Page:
Paul Lormier: Seven costume designs for Dietsch’s Le Vaisseau Fantôme ou le maudit des mers, dated 1842. After Richard Wagner submitted to him the scenario Le hollandais volant (The Flying Duchtman), the Director of Paris Opéra became interested… but decided to commission the opera to other composer and libretist. Dietsch’s opera was first performed in 1842 and soon forgotten. Wagner’s Die Fliegende Holländer premiered in 1843. For you interested, there’s a recording of Diescht (coupled with Wagner’s original version of Die Fliegende Holländer) conducted by Minkowski.
This is fun for me: a facts list about a time. I don’t think one has been done before for h-nf. Here goes!
When the Romans synchronized their lunar calendar with the solar calendar in the late 700s BCE, two new months, January and February, were added to the end of the calendar. Both had 28 days.
Since even numbers were considered bad luck, a 29th day was soon added to January. February remained "unlucky" and was devoted to honoring the dead and performing rites of purification, as the word February comes from februare, which means “to purify.”
Youtube’s domain was registered in February 2005
Valentine’s Day, February 14, was first introduced to Japan in 1936 and has become widely popular. However, because of a translation error made by a chocolate company, only women buy Valentine chocolates for their spouses, boyfriends, or friends. In fact, it is the only day of the year many single women will reveal their crush on a man by giving him chocolate.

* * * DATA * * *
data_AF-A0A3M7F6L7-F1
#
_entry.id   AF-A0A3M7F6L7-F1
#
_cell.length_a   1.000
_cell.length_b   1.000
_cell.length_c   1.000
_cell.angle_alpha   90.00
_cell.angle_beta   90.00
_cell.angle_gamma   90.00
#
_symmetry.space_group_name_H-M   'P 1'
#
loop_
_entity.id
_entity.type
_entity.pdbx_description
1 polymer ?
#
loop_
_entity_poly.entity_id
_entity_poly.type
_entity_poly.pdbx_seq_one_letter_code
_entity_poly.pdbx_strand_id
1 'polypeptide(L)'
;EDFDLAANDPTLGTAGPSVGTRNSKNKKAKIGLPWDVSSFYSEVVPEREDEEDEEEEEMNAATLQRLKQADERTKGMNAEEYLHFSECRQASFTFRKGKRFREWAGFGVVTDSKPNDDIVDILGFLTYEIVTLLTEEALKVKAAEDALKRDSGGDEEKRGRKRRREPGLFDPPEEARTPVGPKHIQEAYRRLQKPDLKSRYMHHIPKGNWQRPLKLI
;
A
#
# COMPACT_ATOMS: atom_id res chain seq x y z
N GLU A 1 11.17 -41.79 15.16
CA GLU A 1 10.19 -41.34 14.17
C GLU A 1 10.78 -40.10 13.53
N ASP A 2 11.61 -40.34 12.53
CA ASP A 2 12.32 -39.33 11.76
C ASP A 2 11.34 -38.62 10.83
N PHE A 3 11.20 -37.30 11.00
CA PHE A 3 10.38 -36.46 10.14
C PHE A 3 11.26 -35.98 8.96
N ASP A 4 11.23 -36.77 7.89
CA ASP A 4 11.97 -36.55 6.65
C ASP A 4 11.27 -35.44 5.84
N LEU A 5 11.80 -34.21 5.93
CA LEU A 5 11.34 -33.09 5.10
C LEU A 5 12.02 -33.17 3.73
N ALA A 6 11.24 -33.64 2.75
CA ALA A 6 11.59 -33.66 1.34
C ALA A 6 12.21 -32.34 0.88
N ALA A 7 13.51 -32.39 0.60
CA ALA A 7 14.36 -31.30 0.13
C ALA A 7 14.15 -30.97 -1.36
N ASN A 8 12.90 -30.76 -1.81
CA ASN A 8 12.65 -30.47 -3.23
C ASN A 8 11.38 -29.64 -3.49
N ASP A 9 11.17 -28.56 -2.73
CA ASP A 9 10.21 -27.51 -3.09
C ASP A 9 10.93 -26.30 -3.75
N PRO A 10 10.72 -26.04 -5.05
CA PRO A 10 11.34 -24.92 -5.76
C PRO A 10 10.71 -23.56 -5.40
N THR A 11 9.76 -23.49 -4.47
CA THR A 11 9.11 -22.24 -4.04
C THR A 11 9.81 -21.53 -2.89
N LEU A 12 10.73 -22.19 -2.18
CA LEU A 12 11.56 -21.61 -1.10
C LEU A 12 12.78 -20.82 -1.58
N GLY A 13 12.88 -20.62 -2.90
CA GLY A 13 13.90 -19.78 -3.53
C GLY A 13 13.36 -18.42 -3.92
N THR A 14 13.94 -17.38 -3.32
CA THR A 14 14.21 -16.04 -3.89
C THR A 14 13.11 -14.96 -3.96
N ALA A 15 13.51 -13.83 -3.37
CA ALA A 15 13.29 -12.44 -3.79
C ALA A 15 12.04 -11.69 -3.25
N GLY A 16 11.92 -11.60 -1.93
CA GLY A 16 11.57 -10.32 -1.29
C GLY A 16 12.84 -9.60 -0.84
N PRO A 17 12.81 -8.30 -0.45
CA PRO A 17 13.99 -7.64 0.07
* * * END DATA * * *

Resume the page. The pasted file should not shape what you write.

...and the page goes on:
Although Nova Scotia was granted the British Empire’s first flag by King Charles I in 1625, Canada did not have a national flag until February 15, 1965, when its maple leaf flag was adopted by its parliament.
February 11th is the National Foundation Day of Japan
Today, January 27th is the 260th anniversary of Mozart’s Geburtstag! In honor of the day, I thought I’d do a little bit of writing about one of Mozart’s closest friends:
The first mention of Mozart’s starling appears on May 27th, 1784 when he bought the bird and recorded it in his personal expense book. Starlings are known for bonding strongly with their human companions, and it is generally considered that Mozart had a deep bond with the bird.
During the birds first few weeks at the Mozart Residence, Mozart was composing his Piano Concerto No. 17 in G K. 453, and at one point, the bird started singing the opening theme, which Mozart transcribed next to the entry in his expense book.
In his notes, the transcription is accompanied by the text “Vogel Stahrl 34 Kreuzer…. Das war schön!” which translates to “Starling bird 34 kr. That was beautiful.”
The bird lived with the Mozart’s for three years, until it died in 1787. Mozart wrote a short poem in honor of the starling: